We Risk Looking Like Fools Again If Some Changes In Our Electoral Laws Aren’t Made After Mbabazi’s Electoral Petition!

Judgment to be delivered on the 31st of March as required by law

There are many things that make us a bit safer that one takes for granted that are the direct result from law suits and election petitions. But what’s the purpose of having a lawsuit or election petition which doesn’t result into any positive changes. Besigye went to court in 2001 and 2006 and now we have another one in 2016, but we are so likely to find ourselves with similar loopholes in 2021.

Law suits have provided incentive for a lot of safety improvements, and that is good. It becomes a problem for one to argue that you did everything you could to prevent something from happening yet the same problems resurface every time you do something. If you build a six-foot high fence, and someone climbs over, gets in your pool and drowns, then obviously the fence didn’t work. But for us, we do nothing in Uganda even if someone points out that ‘A’ led to the rigging of ‘B’…..’A’ will still be around several years later.

The point is going to court should always result in some positive changes, but in the case of Uganda’s so many election petitions, we have turned out to be a laughing-stock globally several times. I bet a ‘muzungu’ seeing the Mbabazi petition on TV said:’There they go again doing the same thing over and over again, and expecting different results. This is the classic definition of stupidity’.

For instance, there was a guy who won a judgement against a bicycle manufacturer. He was hit by a car while riding at night without a light. The suit was based on the fact that he had no warning that he needed a light at night. Now the bike company has a warning on the bike. I think the article was in bicycle mag years ago.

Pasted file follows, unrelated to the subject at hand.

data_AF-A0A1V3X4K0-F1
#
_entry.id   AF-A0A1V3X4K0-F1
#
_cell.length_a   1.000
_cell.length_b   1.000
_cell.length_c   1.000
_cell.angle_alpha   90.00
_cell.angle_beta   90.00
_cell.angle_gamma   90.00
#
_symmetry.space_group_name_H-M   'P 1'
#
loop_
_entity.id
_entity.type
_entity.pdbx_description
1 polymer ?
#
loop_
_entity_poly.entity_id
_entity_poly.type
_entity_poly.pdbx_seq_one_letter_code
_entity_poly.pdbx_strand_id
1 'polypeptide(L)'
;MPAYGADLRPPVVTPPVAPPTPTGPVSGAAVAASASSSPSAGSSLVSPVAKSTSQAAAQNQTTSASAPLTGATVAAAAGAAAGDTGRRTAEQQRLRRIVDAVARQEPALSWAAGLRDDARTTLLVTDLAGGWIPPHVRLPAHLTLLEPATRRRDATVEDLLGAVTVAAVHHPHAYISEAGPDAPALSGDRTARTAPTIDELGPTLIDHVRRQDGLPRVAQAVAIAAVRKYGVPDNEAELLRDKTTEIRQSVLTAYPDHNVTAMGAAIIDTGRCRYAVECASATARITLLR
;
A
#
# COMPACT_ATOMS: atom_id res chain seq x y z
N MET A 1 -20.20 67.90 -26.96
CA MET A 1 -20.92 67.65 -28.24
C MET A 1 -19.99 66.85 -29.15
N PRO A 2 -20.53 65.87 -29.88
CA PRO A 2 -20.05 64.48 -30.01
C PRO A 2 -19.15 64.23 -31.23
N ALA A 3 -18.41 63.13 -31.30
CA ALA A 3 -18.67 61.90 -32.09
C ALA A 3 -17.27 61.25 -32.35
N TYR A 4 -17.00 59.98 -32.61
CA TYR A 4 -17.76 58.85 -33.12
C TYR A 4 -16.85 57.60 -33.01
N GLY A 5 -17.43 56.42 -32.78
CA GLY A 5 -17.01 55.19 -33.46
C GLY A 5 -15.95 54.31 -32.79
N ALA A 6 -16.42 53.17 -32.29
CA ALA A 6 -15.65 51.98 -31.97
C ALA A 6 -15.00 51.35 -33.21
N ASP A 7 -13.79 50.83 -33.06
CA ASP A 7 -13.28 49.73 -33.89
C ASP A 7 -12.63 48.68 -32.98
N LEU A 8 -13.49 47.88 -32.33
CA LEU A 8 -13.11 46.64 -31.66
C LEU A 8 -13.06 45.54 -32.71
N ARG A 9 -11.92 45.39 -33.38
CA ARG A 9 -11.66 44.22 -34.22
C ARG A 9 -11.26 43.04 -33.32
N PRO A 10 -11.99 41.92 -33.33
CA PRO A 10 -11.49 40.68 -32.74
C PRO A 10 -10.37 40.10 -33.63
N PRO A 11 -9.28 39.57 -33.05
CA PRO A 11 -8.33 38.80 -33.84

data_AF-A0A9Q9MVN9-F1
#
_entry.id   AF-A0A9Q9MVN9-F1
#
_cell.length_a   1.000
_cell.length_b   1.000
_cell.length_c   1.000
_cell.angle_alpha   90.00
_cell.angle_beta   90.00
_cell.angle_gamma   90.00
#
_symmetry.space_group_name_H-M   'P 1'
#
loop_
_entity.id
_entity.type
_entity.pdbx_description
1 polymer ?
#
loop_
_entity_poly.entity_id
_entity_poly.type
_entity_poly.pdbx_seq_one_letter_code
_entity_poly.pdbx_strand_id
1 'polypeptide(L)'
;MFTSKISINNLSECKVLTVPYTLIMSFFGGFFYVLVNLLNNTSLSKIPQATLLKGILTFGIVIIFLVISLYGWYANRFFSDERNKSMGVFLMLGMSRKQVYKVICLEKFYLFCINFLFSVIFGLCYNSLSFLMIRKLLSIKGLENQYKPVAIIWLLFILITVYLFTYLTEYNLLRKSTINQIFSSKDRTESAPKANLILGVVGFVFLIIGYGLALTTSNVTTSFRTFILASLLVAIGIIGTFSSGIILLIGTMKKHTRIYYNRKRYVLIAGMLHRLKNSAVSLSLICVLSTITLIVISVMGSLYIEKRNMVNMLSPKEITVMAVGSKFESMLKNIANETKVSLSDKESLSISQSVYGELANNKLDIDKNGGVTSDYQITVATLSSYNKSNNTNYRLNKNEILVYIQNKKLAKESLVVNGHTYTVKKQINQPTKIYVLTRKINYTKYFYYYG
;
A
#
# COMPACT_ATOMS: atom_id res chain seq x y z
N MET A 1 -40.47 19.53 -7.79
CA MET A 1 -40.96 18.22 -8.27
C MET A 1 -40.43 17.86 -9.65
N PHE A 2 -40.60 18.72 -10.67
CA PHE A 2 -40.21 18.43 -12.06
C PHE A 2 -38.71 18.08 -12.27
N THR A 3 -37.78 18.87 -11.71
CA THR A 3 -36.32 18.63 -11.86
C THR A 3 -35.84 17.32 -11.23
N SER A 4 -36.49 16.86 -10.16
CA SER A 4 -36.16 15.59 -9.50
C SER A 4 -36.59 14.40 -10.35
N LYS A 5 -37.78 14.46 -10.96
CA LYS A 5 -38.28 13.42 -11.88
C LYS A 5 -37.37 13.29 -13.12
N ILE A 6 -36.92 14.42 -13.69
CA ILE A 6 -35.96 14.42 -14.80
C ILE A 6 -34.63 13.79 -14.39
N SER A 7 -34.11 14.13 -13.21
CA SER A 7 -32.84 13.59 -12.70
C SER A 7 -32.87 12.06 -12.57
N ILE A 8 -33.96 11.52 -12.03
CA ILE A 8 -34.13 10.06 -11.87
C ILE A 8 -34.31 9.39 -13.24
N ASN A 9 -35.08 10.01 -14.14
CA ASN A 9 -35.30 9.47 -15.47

Garbage trucks used to not beep, until there were too many expensive cases with plaintiffs who were crushed garbage men.You can look it up in Bock Industries.

Even the lawsuit over McDonald’s selling hot coffee makes more sense than Uganda’s election petitions, as some people might not have realized that the coffee was hot enough to cause serious burns and that it didn’t have to be that hot.

McDonald had had several thousand small claims (and a few fairly large ones,with confidentially agreements as part of the settlement) previously for scalding due to excessively hot coffee.

You see, coffee has to be brewed around 180-190 degrees. The coffee makers at McDonald’s had routinely had their temperature regulators disabled so that the brewing could take place at 205 or thereabouts.This allowed them to extract more coffee from the beans, and use cheaper beans.

There had been scaldings of kids where a cup had inadvertently knocked over. Some serious facial scarring had occurred and McD paid for it.However, they still continued the practice of disabling temperature regulators.

Then, this woman goes through the drive through and gets a cup and places it between her legs. Not all cars have cup holders. This turns it into a foreseeable occurrence.